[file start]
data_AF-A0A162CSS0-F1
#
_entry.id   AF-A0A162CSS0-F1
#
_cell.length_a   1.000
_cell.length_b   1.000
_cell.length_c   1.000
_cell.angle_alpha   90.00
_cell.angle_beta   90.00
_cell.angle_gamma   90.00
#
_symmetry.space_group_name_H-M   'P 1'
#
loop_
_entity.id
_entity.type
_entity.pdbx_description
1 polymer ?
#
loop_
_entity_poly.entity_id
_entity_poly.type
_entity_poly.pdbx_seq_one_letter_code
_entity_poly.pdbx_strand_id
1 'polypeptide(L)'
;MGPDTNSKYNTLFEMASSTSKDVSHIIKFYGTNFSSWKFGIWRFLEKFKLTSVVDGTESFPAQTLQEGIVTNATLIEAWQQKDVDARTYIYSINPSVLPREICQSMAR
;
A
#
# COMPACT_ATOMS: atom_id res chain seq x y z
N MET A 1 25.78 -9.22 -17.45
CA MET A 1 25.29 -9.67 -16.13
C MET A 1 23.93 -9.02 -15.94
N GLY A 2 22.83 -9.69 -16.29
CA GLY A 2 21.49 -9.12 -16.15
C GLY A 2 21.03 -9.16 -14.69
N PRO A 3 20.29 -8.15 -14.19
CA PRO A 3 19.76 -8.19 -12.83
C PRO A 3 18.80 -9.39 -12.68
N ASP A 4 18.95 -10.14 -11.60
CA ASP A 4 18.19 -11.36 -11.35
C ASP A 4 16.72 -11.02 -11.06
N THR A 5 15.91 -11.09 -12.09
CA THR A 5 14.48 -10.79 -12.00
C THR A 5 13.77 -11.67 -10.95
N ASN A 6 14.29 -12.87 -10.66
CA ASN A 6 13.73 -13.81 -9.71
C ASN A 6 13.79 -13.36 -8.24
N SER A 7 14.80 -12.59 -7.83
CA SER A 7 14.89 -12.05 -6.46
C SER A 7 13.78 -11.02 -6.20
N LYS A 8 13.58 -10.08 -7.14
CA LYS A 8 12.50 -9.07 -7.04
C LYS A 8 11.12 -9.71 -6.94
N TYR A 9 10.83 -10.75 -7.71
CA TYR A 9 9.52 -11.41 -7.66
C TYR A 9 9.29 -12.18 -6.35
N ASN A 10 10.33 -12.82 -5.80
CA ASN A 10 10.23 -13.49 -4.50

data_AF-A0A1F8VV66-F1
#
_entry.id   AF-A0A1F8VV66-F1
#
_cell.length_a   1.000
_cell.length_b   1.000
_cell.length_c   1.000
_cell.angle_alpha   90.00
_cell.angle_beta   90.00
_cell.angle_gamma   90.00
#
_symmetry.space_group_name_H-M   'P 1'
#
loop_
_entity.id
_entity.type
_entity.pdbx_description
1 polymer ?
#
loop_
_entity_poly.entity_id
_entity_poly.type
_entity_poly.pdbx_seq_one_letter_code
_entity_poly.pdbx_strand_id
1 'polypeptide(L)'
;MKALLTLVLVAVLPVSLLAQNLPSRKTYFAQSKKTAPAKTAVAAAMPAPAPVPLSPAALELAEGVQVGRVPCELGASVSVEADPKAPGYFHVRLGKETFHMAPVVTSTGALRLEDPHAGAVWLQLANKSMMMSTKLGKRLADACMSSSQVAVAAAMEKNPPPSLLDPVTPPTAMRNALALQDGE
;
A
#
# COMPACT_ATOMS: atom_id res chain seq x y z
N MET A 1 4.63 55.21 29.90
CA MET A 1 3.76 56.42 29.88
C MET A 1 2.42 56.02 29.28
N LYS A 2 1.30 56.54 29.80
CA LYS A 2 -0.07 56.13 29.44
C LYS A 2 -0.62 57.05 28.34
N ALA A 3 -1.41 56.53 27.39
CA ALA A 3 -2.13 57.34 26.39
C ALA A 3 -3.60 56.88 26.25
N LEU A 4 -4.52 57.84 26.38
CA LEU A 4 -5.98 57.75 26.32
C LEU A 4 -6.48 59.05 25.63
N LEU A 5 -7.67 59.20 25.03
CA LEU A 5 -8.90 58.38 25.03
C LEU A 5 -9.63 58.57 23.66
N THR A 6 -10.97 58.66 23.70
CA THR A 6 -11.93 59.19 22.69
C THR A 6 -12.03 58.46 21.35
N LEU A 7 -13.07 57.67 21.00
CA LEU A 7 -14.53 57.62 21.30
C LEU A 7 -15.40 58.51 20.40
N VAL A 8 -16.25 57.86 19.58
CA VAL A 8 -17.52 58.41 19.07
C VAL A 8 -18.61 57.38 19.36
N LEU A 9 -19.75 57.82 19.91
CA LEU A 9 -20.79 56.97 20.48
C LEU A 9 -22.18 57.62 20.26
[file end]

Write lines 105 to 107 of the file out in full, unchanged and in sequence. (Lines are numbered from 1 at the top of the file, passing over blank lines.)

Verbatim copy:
N THR A 6 -10.97 58.66 23.70
CA THR A 6 -11.93 59.19 22.69
C THR A 6 -12.03 58.46 21.35